After Egypt's deadly church bombings will Sham el-Nessim be the same?

A girl rides a horse near the Nile river as people celebrate the spring holiday of Sham el-Nessim in Cairo April 21, 2014. (File photo: Reuters)

The Coptic Christian Pope Tawadros II on Friday canceled most Easter celebrations, limiting them to a simple Mass, following the recent twin attacks on churches by ISIS militants that killed dozens of worshippers.

During his sermon on Good Friday, Pope Tawadros said, “Easter celebrations shouldn’t come at a time of offering condolences to our martyrs.” He said that the Easter morning reception, in which worshippers exchange greetings, would also be cancelled. In a rare show of discontent and anger, several dioceses and monasteries across the country issued similar statements. After the deadly attacks, Christians blamed the government for failing to protect churches.

However, Egyptian Muslims and Christians respond to the recent twin Palm Sunday bombings by continuing their preparations to one of Egypt’s many distinctive traditions and celebrations.

Marking the beginning of spring, Egyptian Muslims and Christians come together preparing to celebrate the Easter holidays and Sham El-Nessim that always falls on the day after the Eastern Christian Easter.

The attacks prompted the President Abdel-Fattah el-Sissi to declare a three-month-state of emergency. He also ordered deployment of the armed forces to help police secure vital installations including churches.

The past days witnessed a sharp increase in security measures across the country, with checkpoints set up along the roads that lead to the main churches in Cairo and its adjoining governorate of Giza.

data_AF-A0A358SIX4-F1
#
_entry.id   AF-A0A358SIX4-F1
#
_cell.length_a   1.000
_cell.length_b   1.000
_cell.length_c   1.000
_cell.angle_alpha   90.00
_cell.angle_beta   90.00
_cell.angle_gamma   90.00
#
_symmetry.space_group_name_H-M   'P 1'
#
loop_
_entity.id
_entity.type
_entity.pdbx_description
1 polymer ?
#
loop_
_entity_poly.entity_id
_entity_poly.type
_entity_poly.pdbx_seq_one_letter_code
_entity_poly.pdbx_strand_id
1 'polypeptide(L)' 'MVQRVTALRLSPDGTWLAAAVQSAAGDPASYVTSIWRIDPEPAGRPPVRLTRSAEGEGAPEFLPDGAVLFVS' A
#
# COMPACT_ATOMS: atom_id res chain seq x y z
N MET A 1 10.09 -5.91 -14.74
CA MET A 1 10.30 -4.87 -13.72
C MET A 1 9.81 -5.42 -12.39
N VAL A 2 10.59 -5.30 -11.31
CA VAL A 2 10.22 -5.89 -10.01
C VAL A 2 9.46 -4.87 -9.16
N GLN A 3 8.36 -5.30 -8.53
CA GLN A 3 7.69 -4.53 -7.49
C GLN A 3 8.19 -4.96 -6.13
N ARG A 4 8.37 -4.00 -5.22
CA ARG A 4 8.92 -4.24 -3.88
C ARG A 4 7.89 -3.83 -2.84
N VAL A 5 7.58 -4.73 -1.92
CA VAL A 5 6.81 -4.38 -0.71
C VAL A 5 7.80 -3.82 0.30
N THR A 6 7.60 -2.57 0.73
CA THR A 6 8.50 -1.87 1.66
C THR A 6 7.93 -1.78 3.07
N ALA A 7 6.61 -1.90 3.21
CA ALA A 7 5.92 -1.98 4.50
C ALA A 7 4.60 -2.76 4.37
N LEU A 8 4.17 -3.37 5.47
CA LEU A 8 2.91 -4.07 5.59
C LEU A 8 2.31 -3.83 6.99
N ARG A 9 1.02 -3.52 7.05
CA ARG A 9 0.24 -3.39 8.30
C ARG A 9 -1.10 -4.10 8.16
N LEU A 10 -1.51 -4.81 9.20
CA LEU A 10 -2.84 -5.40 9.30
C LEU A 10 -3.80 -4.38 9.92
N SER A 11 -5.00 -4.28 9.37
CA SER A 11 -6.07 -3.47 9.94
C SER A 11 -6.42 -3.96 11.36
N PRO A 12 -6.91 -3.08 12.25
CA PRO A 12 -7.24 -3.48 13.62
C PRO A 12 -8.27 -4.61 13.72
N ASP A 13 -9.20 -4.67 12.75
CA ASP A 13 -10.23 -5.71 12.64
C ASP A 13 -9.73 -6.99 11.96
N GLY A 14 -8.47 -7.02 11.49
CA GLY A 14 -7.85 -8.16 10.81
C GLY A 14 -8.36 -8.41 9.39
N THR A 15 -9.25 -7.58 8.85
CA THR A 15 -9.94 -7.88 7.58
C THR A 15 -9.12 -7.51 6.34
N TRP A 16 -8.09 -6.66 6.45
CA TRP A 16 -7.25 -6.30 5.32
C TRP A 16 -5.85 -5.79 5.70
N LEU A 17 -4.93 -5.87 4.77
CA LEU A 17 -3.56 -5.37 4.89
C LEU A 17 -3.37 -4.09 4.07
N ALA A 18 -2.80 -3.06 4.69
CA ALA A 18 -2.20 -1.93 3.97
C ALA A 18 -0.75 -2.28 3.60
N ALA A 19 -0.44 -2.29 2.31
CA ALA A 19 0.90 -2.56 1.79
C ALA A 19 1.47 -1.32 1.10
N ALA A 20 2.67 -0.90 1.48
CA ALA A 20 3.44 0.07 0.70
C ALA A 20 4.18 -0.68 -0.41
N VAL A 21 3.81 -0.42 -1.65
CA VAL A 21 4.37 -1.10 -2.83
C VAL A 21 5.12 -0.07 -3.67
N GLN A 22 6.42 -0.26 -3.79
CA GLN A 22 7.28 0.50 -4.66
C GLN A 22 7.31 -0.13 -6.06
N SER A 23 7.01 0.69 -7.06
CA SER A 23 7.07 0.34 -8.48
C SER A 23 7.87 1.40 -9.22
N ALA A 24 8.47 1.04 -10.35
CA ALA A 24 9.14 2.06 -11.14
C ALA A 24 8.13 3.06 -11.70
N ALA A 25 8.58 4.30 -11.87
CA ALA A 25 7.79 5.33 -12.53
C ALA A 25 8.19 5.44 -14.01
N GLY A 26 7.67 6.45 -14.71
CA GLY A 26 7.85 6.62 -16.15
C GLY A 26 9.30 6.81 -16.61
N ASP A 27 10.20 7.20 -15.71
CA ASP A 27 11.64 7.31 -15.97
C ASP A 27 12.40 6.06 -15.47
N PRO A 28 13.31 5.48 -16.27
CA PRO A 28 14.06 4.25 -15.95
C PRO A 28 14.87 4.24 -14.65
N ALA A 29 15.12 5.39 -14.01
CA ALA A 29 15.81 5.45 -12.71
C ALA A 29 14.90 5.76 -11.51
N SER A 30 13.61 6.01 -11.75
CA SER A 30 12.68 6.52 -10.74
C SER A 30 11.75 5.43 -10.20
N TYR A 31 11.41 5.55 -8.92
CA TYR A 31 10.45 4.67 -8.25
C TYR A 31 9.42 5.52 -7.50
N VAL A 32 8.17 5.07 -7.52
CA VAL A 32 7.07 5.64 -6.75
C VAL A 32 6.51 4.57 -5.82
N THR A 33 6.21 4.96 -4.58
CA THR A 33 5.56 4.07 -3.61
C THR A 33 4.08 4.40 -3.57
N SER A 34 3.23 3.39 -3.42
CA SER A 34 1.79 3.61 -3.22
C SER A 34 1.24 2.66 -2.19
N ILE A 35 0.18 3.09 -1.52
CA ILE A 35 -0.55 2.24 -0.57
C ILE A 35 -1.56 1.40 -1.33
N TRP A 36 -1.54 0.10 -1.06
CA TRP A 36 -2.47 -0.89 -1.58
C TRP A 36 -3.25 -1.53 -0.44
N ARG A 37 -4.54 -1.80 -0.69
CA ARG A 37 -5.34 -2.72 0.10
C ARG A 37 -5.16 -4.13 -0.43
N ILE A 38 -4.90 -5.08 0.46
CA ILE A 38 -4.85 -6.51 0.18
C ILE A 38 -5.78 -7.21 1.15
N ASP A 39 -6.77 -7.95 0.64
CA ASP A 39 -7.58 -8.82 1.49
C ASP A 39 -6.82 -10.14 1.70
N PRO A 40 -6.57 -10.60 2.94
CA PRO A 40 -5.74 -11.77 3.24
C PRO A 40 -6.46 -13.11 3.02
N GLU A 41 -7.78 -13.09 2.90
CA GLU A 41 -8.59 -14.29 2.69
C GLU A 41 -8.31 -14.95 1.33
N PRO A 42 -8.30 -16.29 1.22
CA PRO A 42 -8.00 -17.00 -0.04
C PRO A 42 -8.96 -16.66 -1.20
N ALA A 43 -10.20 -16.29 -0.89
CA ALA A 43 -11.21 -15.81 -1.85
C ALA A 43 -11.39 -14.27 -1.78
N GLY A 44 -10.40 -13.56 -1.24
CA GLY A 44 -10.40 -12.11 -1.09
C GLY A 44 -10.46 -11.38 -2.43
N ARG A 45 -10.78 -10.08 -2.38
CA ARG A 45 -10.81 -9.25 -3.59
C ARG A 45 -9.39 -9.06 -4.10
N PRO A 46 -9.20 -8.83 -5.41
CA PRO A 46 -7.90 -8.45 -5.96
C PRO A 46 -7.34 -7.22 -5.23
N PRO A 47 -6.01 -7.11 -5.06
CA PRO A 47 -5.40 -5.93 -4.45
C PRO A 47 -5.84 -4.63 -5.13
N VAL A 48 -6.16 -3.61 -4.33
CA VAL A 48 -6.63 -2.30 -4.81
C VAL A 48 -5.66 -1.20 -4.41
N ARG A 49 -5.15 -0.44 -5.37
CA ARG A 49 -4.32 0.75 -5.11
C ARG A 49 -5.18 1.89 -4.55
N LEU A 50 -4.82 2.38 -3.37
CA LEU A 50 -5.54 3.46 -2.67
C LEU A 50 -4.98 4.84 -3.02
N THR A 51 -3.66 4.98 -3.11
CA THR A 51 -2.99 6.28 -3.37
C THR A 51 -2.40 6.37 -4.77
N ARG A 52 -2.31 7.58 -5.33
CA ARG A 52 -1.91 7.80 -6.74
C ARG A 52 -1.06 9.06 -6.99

Sham el-Nessim, “smelling the breeze”, is an annual celebration that is based on a tradition that has been practiced since the days of the Pharaohs.

Every Monday following the Egypt’s Coptic Christians celebration of Easter, thousands of Egyptians are found in the parks, cinemas, restaurants and beaches.

Purchasing the traditional Sham el-Nessim salted mullet fish (known as fesikh) is presented with scallions and lemons, continues to be one of the many practices that constitute the commemoration.Following the horrific attacks that left 44 dead, Muslims and Christians are hoping to embrace their Egyptian identity.

“On this day, the whole country smells of Feseekh,” Fouad Nazmi, a resident of Cairo, told Al Arabiya English.

“The event is part of every Egyptian’s identity… it is commonly celebrated by Muslims and Christians alike,” he added.
Another Cairo resident said that the day brings back happy memories.

“We are used to celebrating the beginning of spring and the gatherings on this day. It is part of our memories and upbringing.”

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Last Update: Wednesday, 20 May 2020 KSA 09:51 - GMT 06:51
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